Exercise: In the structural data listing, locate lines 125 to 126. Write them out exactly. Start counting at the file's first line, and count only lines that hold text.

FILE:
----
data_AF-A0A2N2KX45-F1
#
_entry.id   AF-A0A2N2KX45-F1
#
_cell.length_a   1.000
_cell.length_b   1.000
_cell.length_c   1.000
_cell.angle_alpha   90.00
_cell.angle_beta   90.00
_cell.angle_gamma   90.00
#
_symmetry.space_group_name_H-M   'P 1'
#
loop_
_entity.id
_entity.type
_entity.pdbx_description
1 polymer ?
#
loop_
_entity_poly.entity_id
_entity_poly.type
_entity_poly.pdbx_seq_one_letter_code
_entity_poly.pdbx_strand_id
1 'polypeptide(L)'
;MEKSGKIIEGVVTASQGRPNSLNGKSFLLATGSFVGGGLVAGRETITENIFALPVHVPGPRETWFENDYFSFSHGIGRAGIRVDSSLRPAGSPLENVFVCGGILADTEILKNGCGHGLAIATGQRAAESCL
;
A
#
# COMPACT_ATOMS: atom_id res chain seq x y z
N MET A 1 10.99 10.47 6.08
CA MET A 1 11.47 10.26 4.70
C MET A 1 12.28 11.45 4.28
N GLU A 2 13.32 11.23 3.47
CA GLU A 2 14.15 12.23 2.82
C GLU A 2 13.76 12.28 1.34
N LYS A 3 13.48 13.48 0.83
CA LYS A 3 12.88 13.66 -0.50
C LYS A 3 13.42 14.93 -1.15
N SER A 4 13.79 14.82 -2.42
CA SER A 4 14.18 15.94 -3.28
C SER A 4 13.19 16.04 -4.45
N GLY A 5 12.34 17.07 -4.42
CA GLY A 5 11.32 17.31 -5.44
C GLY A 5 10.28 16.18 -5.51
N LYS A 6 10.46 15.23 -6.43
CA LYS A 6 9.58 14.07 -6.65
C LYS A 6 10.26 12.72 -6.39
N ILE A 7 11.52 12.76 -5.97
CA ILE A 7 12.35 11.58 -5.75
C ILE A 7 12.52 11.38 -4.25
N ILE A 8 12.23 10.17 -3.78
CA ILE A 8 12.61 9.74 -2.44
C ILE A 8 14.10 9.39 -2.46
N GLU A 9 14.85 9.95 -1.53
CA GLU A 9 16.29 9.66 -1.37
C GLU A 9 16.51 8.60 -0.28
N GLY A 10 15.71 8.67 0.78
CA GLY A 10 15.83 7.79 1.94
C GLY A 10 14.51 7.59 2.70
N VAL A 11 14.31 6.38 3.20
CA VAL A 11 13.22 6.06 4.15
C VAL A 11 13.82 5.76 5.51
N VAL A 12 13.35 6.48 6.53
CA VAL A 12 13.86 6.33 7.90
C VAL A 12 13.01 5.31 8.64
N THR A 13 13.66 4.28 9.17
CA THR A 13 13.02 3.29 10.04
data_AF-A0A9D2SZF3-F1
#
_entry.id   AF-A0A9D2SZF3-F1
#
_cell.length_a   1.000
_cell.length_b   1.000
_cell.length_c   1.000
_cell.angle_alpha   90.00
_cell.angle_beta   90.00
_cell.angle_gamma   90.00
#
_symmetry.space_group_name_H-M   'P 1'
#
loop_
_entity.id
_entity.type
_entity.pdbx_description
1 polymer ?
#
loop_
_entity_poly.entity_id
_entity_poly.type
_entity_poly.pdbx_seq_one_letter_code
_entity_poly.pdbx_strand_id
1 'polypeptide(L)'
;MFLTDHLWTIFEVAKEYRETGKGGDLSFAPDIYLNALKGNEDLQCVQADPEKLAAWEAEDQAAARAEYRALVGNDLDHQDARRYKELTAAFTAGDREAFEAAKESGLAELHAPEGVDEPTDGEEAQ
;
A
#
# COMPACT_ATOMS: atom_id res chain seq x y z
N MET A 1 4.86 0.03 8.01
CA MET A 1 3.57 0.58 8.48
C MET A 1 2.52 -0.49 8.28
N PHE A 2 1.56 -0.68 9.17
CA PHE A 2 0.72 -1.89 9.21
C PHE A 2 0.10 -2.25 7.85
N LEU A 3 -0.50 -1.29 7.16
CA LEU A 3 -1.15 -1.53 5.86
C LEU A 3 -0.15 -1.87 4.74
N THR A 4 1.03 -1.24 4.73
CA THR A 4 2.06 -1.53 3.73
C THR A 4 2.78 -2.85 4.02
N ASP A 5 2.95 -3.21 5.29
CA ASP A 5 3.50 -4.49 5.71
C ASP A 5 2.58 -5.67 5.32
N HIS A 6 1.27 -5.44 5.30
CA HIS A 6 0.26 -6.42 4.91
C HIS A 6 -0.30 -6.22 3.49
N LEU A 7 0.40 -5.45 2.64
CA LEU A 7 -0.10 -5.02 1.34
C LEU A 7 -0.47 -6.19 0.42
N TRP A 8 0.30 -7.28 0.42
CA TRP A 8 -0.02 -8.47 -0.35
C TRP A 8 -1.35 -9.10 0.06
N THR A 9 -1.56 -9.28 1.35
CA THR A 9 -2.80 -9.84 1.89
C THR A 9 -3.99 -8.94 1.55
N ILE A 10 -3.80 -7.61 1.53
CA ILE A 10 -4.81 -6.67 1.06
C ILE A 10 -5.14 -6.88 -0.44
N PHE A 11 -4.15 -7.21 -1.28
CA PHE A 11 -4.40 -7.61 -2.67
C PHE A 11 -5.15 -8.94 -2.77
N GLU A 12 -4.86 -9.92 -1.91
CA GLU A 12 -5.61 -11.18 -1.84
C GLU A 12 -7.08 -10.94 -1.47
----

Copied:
C THR A 9 -3.99 -8.94 1.55
N ILE A 10 -3.80 -7.61 1.53